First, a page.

“It is the Mass that matters most.” In an article about the great “labor priest”, Msgr. George Higgins, this was the quote pulled for the title of the article. Perhaps no Catholic figure of the 20th Century did more for the rights of workers than Msgr. George Higgins. That said, as important as his actions were, it is safe to say his contemplation in the presence of the Lord. He insisted on giving a benediction at Labor meetings. He spent hours in prayer each day. He clearly understood why Jesus said Mary had chosen the better part. Jesus was not suggesting actions did not matter. He was not providing a convenient excuse to do nothing. Rather, he stressed an important truth easily forgotten: action without prayer and contemplation is not better. Martha’s sin was to presume that what she was doing was more important than Mary. We too can fall into this trap. We can believe that even Catholic social activism can be “prayer.” We may meet Christ in others, but we come to know Christ in contemplation.

Homily given at Christian Brothers College High School, Town and Country, Missouri, on October 9, 2018.
Photo courtesy of Pixabay.

Let’s talk about vocations: Yours! (11am)

Readings for Today

For some people, hearing a priest introduce a homily by mentioning the topic of vocations, means a homily on becoming a priest, sister or brother. And yet, while these are worthwhile vocations, most of the time there is a “checking out.” Why? Because for many, they are married, already having answered their call from God. For others, they are too old. For still others, they are too young. It seems important for all Catholics to recall that we all have a vocation. And for many, today’s readings stress the importance of marriage, the hurt of divorce, and the pain of mourning the loss of a long time spouse.

Homily given at Our Lady of Lourdes, University City, Missouri, on October 9, 2018.
Photo courtesy of Pixabay.

Let’s talk about vocations: Yours! (9am)

Readings for Today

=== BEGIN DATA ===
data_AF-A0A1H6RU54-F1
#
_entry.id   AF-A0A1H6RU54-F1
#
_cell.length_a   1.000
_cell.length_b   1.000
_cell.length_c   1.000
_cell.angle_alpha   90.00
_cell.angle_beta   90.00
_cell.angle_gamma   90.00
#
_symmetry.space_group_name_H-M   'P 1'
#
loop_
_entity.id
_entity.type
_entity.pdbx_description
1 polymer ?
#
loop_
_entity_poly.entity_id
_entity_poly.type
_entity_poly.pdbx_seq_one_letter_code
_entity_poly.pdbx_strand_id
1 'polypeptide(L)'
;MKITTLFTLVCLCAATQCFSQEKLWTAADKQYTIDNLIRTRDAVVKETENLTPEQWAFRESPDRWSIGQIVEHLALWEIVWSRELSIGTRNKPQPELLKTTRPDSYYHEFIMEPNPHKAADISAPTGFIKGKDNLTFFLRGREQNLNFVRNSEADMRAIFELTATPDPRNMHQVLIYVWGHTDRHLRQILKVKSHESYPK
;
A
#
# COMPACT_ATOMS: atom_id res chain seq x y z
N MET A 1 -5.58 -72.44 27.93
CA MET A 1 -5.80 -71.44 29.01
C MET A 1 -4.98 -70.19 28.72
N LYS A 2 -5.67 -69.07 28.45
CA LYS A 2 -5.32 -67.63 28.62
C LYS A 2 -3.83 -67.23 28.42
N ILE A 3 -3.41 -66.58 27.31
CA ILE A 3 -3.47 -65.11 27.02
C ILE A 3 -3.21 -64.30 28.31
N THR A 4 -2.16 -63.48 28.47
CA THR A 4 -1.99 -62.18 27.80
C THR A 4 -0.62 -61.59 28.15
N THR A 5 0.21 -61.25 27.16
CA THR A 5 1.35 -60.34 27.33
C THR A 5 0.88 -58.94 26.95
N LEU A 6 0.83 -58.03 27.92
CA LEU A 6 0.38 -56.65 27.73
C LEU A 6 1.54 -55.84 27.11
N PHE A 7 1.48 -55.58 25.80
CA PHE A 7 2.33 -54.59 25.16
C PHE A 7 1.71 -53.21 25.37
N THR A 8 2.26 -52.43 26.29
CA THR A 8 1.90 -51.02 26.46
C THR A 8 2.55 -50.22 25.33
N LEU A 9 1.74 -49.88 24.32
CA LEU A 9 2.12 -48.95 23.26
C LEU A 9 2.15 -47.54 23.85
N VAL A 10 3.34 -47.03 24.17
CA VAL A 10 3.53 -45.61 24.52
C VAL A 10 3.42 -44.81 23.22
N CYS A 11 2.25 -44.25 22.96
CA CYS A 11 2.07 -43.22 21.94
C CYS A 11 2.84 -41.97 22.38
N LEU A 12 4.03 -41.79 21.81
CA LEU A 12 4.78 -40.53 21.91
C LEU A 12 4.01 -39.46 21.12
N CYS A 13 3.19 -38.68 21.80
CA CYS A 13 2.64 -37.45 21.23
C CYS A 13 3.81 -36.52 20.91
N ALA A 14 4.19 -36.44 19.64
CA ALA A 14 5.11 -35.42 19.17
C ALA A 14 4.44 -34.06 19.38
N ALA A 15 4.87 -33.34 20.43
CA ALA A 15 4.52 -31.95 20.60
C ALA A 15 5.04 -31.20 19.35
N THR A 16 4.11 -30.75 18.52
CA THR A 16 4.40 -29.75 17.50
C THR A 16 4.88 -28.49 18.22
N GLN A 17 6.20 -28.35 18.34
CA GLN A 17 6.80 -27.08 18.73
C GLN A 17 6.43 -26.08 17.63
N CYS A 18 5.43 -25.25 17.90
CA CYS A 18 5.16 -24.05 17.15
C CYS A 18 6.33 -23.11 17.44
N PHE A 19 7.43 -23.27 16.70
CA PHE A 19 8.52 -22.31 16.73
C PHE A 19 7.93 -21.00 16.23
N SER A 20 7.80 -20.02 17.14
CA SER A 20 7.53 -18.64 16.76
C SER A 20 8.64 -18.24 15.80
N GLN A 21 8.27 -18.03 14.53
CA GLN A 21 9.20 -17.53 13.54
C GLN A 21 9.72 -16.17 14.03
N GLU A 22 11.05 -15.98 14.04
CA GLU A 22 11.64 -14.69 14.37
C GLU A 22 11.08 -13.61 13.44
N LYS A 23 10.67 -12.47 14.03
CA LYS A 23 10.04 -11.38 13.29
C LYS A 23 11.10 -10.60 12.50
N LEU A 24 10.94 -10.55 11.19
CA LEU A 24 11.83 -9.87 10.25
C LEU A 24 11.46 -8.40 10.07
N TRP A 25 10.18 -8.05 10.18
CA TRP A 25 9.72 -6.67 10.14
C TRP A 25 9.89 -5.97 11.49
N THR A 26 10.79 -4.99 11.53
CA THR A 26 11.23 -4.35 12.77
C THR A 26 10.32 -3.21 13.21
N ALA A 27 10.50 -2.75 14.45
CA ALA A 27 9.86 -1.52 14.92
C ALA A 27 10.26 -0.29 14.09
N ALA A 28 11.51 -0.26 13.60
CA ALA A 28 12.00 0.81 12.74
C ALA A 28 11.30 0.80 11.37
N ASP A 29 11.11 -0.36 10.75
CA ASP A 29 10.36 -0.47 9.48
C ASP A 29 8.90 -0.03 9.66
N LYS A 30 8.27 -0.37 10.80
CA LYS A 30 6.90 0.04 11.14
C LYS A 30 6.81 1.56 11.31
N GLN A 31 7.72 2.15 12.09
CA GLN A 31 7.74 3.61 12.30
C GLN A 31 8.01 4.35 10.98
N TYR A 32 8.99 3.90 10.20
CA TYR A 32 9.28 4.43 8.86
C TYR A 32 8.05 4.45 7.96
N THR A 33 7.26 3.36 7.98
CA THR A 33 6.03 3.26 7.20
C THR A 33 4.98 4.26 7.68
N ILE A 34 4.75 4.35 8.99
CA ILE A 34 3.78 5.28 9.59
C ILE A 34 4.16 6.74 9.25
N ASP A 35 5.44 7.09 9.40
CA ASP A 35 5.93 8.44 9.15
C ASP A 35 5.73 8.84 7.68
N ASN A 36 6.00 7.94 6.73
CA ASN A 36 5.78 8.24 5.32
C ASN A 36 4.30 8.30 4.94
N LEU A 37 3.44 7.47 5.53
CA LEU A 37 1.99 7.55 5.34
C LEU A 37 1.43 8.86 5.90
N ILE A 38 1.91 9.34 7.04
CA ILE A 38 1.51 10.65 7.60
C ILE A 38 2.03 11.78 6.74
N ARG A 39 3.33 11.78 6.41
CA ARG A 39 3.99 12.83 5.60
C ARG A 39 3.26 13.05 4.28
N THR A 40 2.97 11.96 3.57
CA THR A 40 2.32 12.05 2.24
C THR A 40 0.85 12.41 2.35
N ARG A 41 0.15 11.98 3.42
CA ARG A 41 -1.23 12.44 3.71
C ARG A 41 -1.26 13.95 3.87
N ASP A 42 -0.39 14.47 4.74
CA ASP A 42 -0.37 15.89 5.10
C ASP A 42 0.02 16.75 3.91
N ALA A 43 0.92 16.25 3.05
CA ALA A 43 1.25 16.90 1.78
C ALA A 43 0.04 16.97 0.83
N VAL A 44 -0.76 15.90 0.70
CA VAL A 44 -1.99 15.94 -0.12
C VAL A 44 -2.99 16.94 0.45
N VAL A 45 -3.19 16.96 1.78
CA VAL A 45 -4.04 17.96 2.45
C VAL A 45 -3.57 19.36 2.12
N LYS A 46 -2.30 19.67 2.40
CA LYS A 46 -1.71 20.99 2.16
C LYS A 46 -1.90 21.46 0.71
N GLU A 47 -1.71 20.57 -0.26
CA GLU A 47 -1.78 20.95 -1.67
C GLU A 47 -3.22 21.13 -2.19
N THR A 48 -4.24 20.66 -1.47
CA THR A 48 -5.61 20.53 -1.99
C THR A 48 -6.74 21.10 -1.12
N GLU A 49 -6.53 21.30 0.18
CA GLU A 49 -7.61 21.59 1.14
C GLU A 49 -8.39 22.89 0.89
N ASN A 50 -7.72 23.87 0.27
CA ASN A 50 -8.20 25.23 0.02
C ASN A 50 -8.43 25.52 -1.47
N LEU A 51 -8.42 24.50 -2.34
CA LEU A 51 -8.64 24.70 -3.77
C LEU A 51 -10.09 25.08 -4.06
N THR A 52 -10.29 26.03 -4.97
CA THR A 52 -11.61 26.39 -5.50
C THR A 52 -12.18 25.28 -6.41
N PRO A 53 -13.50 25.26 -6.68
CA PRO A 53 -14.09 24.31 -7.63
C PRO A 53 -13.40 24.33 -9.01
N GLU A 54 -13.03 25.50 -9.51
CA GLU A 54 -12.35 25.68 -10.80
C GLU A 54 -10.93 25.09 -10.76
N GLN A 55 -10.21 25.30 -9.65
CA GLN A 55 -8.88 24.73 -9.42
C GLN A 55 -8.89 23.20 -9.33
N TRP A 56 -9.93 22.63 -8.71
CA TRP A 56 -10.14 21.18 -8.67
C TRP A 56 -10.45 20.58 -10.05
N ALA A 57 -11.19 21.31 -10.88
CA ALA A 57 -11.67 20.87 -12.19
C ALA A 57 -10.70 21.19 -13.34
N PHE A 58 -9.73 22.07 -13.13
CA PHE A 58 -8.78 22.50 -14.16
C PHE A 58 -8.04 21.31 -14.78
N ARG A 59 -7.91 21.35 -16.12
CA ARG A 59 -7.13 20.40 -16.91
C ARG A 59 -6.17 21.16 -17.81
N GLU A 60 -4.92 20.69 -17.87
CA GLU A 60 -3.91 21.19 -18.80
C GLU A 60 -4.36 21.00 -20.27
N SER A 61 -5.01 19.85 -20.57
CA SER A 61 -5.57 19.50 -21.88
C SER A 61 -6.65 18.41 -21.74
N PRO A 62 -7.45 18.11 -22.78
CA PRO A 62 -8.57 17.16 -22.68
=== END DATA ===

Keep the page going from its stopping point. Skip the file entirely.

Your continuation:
For some people, hearing a priest introduce a homily by mentioning the topic of vocations, means a homily on becoming a priest, sister or brother. And yet, while these are worthwhile vocations, most of the time there is a “checking out.” Why? Because for many, they are married, already having answered their call from God. For others, they are too old. For still others, they are too young. It seems important for all Catholics to recall that we all have a vocation. And for many, today’s readings stress the importance of marriage, the hurt of divorce, and the pain of mourning the loss of a long time spouse.

Homily given at Our Lady of Lourdes, University City, Missouri, on October 9, 2018.
Photo courtesy of Pixabay.

Let’s talk about vocations: Yours! (5pm)

Readings for Today

For some people, hearing a priest introduce a homily by mentioning the topic of vocations, means a homily on becoming a priest, sister or brother. And yet, while these are worthwhile vocations, most of the time there is a “checking out.” Why? Because for many, they are married, already having answered their call from God. For others, they are too old. For still others, they are too young. It seems important for all Catholics to recall that we all have a vocation. And for many, today’s readings stress the importance of marriage, the hurt of divorce, and the pain of mourning the loss of a long time spouse.

Homily given at Our Lady of Lourdes, University City, Missouri, on October 6, 2018.
Photo courtesy of Pixabay.

Want what God wants

Readings for Today

Mother Theresa is known to have said that sin is wanting for ourselves something that God does not want for us. This quote does not simply refer to wanting something sinful. In fact, it can also refer to wanting a spiritual gift that God does not give us. It can frustrate us. It can make us jealous of others who have this gift. But any gift that God wants us to have is only good to the degree it leads us into deeper relationship with God.

Homily given at Saint Dominic Priory, Saint Louis, Missouri, on October 6, 2018.
Photo courtesy of Pixabay.